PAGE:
Response: CNN's 'The Poor Kids Of Silicon Valley'

We hear some of the same questions from our community time and time again. They go something like this... "What does it look like to be a poor child in a rich community? Is it really so hard?" Or this one, "You say there are 32,000 homeless kids in Orange County?! Where are they? I never see them. Are you sure?" 

And then there are the often unspoken questions, "How could two working parents not be able to afford an apartment? Where's the catch? What are they really doing with that money?" Perhaps the most common question we each ask is this, "If these children and families are living in garages, tiny, overcrowded apartments, and motels, how bad is that really? Are those families truly homeless? What qualifies as a 'home'?"

CNN's John Sutter spent time asking these and other questions, and brought us the answers in his report "The poor kids of Silicon Valley." Through these devastatingly honest stories, we begin to see what poverty looks like in one of California's wealthiest communities, and we also find a platform to explore our own lingering questions.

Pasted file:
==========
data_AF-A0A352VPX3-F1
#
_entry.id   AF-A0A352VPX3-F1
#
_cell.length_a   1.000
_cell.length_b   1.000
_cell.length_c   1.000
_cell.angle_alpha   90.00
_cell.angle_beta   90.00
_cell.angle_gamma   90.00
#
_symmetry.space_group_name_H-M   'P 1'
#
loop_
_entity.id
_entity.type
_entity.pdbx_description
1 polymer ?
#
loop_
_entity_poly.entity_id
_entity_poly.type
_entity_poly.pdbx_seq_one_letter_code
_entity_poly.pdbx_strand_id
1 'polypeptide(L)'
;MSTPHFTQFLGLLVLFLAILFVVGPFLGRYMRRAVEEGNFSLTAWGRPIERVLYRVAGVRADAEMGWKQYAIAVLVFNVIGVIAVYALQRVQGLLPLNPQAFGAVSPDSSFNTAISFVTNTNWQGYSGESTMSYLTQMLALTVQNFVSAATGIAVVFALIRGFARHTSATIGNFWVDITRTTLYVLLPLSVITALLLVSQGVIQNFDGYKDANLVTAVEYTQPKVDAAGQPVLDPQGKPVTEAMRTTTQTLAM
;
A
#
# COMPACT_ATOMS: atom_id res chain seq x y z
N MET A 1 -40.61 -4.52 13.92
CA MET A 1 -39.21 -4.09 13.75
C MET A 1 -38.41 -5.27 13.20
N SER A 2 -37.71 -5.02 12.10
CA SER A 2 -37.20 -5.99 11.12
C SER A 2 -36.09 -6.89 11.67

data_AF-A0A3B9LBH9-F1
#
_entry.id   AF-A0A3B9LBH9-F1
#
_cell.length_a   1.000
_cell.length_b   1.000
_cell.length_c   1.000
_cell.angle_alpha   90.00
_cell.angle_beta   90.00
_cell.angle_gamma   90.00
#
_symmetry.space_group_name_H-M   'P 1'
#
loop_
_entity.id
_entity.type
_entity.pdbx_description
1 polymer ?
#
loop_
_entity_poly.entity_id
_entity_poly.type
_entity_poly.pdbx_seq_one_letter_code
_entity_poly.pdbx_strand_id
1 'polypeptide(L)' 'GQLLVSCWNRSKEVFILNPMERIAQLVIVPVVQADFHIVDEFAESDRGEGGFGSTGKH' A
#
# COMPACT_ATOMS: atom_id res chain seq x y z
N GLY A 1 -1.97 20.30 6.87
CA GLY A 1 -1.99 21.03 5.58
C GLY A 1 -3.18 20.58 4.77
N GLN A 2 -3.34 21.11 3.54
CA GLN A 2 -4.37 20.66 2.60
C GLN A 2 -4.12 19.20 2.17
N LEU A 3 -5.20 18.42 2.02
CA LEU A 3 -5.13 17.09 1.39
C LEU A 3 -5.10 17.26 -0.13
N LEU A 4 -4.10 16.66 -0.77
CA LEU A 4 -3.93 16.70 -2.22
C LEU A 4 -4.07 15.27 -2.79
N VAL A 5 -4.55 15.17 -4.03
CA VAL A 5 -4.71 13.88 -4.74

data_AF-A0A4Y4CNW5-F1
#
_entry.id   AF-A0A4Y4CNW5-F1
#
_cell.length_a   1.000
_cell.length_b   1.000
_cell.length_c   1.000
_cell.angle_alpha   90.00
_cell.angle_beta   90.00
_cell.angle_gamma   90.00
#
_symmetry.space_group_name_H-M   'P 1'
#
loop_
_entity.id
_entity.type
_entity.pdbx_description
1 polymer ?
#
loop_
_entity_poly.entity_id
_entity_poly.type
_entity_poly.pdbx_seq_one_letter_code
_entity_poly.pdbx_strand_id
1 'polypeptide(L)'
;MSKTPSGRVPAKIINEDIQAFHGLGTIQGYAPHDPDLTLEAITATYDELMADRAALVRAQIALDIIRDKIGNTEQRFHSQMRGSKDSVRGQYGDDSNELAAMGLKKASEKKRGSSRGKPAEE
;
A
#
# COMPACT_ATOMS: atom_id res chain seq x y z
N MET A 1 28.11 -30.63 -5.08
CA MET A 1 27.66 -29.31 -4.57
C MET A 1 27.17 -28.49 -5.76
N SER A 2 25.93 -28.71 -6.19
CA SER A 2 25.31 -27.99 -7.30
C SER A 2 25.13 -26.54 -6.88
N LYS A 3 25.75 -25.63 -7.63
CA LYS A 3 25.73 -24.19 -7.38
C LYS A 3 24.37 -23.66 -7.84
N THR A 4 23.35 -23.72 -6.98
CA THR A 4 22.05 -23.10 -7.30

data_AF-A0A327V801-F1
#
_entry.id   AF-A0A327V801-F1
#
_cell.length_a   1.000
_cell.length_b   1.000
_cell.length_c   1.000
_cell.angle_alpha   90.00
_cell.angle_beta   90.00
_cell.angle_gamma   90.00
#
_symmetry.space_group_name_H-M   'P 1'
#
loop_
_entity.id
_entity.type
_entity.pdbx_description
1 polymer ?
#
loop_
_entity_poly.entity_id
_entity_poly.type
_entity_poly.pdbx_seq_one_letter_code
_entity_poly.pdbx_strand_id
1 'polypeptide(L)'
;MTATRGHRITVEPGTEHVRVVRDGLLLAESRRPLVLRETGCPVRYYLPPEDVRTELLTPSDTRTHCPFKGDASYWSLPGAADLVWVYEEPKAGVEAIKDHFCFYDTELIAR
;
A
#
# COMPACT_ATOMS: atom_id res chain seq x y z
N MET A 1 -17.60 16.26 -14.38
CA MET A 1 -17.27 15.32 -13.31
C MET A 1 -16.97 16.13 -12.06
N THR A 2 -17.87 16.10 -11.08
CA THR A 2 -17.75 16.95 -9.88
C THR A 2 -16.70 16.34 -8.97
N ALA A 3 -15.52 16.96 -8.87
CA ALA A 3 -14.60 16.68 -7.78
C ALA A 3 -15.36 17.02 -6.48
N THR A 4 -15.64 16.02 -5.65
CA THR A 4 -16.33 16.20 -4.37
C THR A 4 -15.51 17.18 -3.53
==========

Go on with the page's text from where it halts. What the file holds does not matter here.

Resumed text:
As Sutter says, "Really, it's a tale of two Americas. This country - with a GDP of $16.8 trillion - has the developed world's second highest rate of child poverty... There's no reason 14.7 million kids should be poor in this rich country."

Here at Project Hope Alliance, we want to join Sutter in sparking honest conversations about our conceptions, and misconceptions, about childhood poverty.

As CEO Jennifer Friend often says, "Homelessness doesn't look one way. No one looks like their story." We hope that, through our "Success Story" series, we can connect our community with the families experiencing (and conquering) homelessness.

Let's commit to asking questions, listening to stories, and daring to care for those in need.